Marriage Contracts

The objective of marriage contracts (Kitba taż-Żwieġ) is to regulate both the financial and non-financial aspects of matrimonial life. These contracts may be entered into prior marriage (ante-nupital agreements) or after marriage (post-nuptial agreements) with the agreement of both spouses. These contracts may however include provisions relating to third parties (for example a marriage contract may state that upon marriage the husband is to refrain from trading with a third party).

Regulating non-financial aspects of matrimonial life
The contracts will vary from one marriage to another, as the parties deem fit and may include provisions for the division of property during matrimonial life and should breakdown occur. In particular a marriage contract may for example specify:

  1. which religion are the children to be brought up in, and/or
  2. particular penalties that are to be imposed on the spouse if found guilty of domestic violence or if s/he continues habitually drinking during married life.

Regulating financial aspects of matrimonial life
Matrimonial life inevitably brings about financial costs that have to be shouldered by the spouses. Maltese law provides that spouses may choose between one of three different ‘régimes’ (set of regulations) which they can use to regulate the financial aspect of their married life. The only permissible financial agreements (a.k.a. matrimonial régimes) for marriages in Malta are the:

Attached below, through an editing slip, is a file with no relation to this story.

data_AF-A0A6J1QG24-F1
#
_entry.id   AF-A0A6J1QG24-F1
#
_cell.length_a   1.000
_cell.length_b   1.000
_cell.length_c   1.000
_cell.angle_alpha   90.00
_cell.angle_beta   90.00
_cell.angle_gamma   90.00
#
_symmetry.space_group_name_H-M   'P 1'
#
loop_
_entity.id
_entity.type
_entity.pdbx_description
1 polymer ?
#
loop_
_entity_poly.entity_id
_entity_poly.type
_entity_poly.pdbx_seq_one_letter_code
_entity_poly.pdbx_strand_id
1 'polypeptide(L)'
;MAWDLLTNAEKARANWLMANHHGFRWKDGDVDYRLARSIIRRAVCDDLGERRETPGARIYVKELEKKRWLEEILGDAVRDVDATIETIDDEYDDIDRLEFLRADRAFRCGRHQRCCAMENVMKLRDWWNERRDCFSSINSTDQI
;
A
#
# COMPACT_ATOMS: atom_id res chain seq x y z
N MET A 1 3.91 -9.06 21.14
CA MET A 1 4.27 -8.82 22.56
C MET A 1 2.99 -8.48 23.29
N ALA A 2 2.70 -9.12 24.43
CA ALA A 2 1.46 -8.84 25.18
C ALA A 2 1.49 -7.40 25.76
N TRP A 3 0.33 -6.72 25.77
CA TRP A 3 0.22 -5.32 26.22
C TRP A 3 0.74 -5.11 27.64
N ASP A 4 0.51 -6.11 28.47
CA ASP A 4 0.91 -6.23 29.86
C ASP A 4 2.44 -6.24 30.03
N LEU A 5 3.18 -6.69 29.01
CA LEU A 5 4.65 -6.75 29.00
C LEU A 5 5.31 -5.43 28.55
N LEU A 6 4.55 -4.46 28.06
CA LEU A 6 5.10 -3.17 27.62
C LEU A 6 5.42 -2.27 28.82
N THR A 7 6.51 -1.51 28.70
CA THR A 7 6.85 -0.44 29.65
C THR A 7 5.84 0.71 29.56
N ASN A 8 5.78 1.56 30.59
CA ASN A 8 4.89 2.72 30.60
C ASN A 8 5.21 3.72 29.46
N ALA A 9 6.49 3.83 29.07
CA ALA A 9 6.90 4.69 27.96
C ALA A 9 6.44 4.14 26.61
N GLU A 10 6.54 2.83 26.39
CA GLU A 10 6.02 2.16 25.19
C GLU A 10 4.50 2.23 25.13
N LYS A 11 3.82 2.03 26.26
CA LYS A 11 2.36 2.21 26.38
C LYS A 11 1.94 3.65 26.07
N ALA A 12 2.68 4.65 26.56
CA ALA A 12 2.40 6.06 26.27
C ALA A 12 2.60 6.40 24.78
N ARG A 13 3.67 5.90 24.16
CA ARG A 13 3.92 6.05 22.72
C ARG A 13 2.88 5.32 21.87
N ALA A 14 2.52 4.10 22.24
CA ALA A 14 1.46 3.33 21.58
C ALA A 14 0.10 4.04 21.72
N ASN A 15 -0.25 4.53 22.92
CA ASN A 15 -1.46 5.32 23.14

1. Community of Acquests (CoA)
  2. Community of Residue under Separate Administration (CORSA)
  3. Separation of Estates (SoE)

By default, when a couple gets married in Malta the Community of Acquests régime applies. Therefore unless a couple does not make a marriage contract their relationship is governed by the Community of Acquests set of rules.

A couple may opt for a different financial agreement before getting married (through an ante-nuptial agreement) or change the agreement after marriage (post-nuptial agreement).

General Rules on Marriage contracts
The following are restrictions on marriage contracts:

  1. parties may not enter into agreements that are contrary to morals or are inconsistent with the rules of the Civil Code (Article 1237, Civil Code).
  2. spouses cannot in virtue of a marriage contract establish themselves as ‘head of the family’, or enter into a contract that diminishes any of the rights they enjoy as parents or anything that is prohibited (Article 1238, Civil Code).
  3. spouses cannot vary their legal order of succession, either in respect of themselves or their children or their descendants, or with respect to children between themselves, saving testamentary dispositions that are allowed by law.
  4. A marriage contract is only valid if it is expressed in a public deed. Therefore a marriage contract will have to be presented before a notary for him to create a public deed.